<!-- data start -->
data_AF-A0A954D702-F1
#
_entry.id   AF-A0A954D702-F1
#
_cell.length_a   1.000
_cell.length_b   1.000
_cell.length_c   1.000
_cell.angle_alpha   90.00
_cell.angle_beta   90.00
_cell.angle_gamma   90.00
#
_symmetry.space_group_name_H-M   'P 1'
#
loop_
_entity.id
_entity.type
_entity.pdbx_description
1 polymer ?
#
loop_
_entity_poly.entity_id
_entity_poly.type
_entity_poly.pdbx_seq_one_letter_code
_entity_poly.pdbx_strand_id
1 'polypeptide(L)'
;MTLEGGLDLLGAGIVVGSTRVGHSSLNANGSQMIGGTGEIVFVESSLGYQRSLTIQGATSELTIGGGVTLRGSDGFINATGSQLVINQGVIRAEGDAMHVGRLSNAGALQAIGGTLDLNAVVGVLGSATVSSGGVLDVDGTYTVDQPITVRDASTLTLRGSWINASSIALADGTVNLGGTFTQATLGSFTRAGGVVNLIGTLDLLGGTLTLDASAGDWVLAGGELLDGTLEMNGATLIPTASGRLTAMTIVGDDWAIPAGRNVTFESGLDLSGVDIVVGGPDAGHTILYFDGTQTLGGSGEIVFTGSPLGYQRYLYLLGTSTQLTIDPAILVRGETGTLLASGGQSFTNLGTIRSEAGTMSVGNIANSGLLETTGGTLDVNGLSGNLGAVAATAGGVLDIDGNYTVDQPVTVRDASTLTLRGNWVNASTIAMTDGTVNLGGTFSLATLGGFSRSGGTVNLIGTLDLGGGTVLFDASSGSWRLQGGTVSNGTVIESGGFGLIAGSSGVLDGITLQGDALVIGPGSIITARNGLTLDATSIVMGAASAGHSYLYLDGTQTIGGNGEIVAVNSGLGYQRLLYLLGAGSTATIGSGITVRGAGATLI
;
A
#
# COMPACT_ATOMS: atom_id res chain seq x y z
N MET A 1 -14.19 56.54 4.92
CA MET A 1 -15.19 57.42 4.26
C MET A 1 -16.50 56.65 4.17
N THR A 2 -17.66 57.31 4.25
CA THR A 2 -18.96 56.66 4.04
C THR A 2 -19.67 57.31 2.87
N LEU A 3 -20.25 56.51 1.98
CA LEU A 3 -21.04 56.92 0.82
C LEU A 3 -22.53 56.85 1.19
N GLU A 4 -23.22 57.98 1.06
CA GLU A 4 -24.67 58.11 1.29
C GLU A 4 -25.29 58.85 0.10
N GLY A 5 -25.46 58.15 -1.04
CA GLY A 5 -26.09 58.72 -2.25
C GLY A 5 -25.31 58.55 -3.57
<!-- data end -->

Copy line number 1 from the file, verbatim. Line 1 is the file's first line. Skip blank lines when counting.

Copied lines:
data_AF-A0A954D702-F1